His name was dropped, modestly,occasionally, by my effusive Lancastrian guitar teacher. He was a name, and occasionally he was a dry Yorkshireman in the lounge, as I turned up with spots and a guitar case. But later I saw him as folk’s forgotten man. England’s Bob Dylan, or, more accurately perhaps, England’s Sixto Rodriguez.

He looks like an Indiana farmer these days, but still plays like a god. He musters untold soul with an open tuning and a lemon-sucking expression. Fish is his fortieth release where the folksy fingerpicking comes lightly southern fried and, lyricless, It’s virtuoso playing which tells Michael’s story. "Lament for Napalm" sounds like "Albatross" on a comedown, the bells bookending it speaking of something funerary. "Vanity and Pride" oozes with nostalgia, harking back to his sixties heyday through round rose spectacles – throughout he plays expansive, exploratory folk of the highest order.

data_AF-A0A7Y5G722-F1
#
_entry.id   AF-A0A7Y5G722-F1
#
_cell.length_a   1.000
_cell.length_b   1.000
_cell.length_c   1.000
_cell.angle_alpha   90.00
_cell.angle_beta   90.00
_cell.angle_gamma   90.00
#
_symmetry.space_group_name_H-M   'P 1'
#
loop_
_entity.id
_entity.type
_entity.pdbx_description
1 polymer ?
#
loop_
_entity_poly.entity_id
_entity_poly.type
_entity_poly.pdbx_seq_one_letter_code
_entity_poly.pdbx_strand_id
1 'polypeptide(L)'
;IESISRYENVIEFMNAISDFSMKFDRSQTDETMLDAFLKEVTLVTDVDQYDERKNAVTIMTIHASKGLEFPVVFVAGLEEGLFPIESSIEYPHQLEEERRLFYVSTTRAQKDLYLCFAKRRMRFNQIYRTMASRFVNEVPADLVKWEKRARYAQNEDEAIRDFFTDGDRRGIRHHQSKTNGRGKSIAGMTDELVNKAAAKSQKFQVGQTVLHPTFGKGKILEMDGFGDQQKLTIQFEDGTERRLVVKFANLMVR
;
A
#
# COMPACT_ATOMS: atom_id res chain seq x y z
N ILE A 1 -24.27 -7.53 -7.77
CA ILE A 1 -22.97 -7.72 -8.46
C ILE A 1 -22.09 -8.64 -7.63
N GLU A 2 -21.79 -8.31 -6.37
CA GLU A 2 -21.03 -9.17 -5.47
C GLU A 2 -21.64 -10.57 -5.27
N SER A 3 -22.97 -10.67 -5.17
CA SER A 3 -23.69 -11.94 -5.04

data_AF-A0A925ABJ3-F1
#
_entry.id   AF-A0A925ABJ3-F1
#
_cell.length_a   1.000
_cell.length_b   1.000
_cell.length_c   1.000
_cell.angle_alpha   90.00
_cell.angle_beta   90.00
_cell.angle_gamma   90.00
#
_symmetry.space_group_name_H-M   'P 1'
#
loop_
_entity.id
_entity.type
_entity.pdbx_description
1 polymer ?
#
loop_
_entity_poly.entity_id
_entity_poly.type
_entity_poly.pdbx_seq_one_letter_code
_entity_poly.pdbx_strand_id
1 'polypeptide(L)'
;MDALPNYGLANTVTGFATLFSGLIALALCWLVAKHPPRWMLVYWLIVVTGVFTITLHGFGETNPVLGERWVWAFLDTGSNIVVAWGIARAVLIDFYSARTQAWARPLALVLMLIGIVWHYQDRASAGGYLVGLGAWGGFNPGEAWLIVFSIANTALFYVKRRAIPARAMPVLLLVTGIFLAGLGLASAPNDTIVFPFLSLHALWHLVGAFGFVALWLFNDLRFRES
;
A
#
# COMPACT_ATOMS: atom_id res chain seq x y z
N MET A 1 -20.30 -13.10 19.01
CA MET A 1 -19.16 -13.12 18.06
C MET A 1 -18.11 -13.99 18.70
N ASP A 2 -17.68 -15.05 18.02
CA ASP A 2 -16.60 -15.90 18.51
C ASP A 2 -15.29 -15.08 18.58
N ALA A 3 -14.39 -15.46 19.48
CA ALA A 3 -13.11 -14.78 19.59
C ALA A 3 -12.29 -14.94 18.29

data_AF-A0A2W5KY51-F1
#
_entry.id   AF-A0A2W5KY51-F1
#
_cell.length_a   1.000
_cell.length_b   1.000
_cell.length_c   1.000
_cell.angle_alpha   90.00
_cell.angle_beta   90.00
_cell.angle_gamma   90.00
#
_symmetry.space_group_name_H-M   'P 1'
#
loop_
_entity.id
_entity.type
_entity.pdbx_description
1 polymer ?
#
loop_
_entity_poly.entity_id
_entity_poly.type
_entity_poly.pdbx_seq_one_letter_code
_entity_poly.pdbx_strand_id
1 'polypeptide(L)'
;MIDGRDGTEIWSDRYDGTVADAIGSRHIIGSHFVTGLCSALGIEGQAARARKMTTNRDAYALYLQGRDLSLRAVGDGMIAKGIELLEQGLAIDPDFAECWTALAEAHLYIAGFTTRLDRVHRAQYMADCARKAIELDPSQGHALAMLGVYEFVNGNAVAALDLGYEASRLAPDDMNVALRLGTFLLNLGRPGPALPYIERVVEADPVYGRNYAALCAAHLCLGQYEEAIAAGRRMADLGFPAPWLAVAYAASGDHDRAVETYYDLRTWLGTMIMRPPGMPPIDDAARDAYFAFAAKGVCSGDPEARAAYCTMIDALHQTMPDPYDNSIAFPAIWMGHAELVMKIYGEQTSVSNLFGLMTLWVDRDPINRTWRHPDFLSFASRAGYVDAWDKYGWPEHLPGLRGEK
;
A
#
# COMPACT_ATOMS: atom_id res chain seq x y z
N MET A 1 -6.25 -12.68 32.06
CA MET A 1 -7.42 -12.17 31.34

There’s a Zen that floats around Michael and this work and with total mastery, he’s decided to create something vital. He could have been forgiven for making this a technical, scowl of an album, “this’ll show them”. Instead, each slightly buzzing fret and imperfect, scratchy sound speaks of a man full of life, playing with a smile perhaps more wistful with age. Unrestrained by technique, he is free to breathe life into Fish, bend it to his will: it has an orchestral beauty, and Chapman is as much a conductor as a songwriter.

He fell down a sinkhole, perhaps purposely, around 1975. But maybe that’s why he’s still here, smiling and dryly cracking wise. Perhaps his Zen is his secret, and why he’s as happy playing to twenty despite talent and experience worthy of thousands. Maybe that’s the reason he can make unfaltering music, of the highest quality, prolifically and into his seventies. So maybe try a little more Zen. And stay true to your art. And listen to Michael Chapman. He’s England’s inheritance.